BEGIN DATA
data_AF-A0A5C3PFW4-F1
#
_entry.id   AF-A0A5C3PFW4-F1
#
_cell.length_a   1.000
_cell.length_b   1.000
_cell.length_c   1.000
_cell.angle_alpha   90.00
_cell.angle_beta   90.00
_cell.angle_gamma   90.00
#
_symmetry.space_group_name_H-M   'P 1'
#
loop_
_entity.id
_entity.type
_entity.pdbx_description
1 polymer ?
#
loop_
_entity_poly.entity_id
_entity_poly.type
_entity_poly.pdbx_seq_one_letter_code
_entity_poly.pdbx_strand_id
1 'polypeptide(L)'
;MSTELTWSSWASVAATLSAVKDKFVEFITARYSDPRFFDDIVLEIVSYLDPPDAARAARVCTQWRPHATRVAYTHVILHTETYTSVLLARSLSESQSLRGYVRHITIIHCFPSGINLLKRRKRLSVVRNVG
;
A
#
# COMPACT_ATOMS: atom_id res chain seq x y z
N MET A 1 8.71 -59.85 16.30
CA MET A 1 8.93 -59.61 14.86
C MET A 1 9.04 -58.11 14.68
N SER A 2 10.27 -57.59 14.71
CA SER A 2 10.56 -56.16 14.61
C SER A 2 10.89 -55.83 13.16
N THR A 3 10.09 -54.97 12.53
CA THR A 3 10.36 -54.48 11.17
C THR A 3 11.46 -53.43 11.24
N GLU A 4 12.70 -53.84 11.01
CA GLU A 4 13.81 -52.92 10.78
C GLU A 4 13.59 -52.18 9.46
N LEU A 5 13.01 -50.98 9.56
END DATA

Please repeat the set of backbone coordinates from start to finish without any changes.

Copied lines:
data_AF-A0A5C3PFW4-F1
#
_entry.id   AF-A0A5C3PFW4-F1
#
_cell.length_a   1.000
_cell.length_b   1.000
_cell.length_c   1.000
_cell.angle_alpha   90.00
_cell.angle_beta   90.00
_cell.angle_gamma   90.00
#
_symmetry.space_group_name_H-M   'P 1'
#
loop_
_entity.id
_entity.type
_entity.pdbx_description
1 polymer ?
#
loop_
_entity_poly.entity_id
_entity_poly.type
_entity_poly.pdbx_seq_one_letter_code
_entity_poly.pdbx_strand_id
1 'polypeptide(L)'
;MSTELTWSSWASVAATLSAVKDKFVEFITARYSDPRFFDDIVLEIVSYLDPPDAARAARVCTQWRPHATRVAYTHVILHTETYTSVLLARSLSESQSLRGYVRHITIIHCFPSGINLLKRRKRLSVVRNVG
;
A
#
# COMPACT_ATOMS: atom_id res chain seq x y z
N MET A 1 8.71 -59.85 16.30
CA MET A 1 8.93 -59.61 14.86
C MET A 1 9.04 -58.11 14.68
N SER A 2 10.27 -57.59 14.71
CA SER A 2 10.56 -56.16 14.61
C SER A 2 10.89 -55.83 13.16
N THR A 3 10.09 -54.97 12.53
CA THR A 3 10.36 -54.48 11.17
C THR A 3 11.46 -53.43 11.24
N GLU A 4 12.70 -53.84 11.01
CA GLU A 4 13.81 -52.92 10.78
C GLU A 4 13.59 -52.18 9.46
N LEU A 5 13.01 -50.98 9.56